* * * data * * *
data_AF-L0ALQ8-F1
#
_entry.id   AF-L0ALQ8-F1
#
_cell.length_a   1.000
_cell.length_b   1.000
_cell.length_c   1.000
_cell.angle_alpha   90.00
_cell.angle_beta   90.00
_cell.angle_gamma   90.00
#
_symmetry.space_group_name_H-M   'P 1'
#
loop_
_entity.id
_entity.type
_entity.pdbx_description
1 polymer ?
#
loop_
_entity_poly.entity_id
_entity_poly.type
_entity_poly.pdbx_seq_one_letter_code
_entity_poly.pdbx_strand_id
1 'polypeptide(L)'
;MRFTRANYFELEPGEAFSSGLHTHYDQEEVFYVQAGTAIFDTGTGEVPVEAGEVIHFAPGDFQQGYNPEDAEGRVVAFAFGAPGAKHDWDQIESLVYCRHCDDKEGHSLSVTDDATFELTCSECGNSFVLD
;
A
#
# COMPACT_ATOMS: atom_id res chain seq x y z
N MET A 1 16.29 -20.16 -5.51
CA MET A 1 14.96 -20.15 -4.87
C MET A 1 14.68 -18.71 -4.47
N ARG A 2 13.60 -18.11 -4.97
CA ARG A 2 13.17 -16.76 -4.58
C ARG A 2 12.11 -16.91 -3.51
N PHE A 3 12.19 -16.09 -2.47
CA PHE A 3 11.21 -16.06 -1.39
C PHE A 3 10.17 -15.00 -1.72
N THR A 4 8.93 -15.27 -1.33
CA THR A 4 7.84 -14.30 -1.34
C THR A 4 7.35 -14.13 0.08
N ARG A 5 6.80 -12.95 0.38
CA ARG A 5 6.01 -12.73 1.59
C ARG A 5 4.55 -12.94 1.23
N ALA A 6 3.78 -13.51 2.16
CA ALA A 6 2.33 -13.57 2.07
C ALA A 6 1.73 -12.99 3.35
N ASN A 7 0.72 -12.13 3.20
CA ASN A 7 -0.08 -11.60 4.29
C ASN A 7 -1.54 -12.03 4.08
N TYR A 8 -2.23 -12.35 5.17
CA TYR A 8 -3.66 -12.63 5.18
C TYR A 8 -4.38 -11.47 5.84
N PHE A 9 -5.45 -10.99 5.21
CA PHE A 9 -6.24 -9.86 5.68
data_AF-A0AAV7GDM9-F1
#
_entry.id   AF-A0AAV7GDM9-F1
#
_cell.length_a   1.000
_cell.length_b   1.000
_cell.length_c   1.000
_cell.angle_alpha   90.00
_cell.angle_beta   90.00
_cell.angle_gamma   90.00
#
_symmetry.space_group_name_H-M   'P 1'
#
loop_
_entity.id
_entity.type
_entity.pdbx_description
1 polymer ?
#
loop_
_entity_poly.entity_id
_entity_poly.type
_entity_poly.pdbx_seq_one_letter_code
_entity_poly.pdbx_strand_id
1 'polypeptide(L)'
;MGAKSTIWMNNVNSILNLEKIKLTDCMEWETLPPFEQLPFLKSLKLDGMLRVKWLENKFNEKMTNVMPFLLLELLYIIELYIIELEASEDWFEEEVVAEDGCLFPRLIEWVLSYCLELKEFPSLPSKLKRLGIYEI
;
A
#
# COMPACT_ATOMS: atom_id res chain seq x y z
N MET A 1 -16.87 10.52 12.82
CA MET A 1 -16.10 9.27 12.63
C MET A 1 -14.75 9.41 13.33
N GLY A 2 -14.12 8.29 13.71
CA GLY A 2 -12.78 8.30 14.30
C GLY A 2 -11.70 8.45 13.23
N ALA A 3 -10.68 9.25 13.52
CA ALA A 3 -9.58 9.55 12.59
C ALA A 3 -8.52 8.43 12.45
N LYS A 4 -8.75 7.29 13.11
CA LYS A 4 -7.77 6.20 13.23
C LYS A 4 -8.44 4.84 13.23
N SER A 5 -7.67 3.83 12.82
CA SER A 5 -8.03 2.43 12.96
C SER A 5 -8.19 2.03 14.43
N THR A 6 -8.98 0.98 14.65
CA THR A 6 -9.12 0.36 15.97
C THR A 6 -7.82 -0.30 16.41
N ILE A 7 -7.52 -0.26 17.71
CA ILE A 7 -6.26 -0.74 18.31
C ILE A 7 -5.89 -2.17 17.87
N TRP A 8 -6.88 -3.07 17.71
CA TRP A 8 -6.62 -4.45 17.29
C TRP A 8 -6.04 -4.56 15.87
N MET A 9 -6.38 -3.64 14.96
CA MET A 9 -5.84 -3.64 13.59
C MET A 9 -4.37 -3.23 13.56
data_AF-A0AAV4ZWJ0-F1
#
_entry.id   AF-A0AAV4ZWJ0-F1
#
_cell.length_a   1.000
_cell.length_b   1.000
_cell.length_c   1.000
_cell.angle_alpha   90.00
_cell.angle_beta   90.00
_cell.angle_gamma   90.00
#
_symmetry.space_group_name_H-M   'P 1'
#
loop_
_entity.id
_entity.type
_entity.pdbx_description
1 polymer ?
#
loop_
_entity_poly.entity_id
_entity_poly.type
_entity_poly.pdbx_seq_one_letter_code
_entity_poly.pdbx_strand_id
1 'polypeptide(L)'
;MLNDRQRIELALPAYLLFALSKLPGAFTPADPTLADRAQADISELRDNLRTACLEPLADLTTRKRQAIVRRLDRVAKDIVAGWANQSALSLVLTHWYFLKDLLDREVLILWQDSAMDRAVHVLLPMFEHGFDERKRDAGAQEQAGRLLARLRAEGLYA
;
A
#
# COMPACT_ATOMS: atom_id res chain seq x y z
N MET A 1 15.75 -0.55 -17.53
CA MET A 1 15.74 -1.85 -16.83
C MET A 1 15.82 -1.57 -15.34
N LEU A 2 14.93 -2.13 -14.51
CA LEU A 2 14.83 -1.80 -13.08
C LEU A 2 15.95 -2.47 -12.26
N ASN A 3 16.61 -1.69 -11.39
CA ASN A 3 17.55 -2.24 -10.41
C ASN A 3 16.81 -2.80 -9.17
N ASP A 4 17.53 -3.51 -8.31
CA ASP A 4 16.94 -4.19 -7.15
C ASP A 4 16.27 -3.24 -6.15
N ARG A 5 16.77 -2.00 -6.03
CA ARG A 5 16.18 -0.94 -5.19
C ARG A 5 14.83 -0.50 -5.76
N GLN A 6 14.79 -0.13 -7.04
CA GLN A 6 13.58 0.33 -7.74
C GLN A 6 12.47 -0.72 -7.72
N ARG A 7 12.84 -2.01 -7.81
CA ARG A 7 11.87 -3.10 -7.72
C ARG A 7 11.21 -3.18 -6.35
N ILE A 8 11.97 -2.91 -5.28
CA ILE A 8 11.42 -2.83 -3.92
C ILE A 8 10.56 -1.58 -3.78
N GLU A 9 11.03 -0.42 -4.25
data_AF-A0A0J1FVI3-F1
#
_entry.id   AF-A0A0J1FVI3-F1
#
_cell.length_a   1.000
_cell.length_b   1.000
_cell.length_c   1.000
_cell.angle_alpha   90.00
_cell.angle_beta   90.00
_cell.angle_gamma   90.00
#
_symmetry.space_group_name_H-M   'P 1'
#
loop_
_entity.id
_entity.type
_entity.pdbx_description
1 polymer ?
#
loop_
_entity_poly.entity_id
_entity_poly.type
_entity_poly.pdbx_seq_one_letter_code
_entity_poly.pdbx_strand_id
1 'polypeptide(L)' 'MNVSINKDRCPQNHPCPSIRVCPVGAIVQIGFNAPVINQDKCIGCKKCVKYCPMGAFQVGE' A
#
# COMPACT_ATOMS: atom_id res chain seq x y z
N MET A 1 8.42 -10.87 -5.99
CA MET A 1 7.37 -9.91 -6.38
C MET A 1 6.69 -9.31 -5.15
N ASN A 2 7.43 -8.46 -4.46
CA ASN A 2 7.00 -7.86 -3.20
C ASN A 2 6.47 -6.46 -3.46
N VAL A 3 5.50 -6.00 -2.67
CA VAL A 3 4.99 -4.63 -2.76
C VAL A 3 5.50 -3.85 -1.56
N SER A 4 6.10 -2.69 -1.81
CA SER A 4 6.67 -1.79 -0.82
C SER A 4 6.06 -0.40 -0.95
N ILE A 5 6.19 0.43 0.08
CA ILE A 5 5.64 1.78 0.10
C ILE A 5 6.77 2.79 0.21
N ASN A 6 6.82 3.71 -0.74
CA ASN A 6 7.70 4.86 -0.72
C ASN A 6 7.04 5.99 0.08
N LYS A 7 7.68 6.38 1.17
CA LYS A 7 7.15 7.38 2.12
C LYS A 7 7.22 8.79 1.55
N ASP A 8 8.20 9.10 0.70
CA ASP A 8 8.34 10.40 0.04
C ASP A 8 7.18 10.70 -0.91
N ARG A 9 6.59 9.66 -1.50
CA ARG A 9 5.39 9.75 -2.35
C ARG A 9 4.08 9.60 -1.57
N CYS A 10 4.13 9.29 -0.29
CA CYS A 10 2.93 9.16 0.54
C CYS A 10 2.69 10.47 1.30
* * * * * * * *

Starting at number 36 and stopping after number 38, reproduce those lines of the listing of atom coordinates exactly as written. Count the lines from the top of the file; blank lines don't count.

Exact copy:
C ARG A 2 12.11 -16.91 -3.51
N PHE A 3 12.19 -16.09 -2.47
CA PHE A 3 11.21 -16.06 -1.39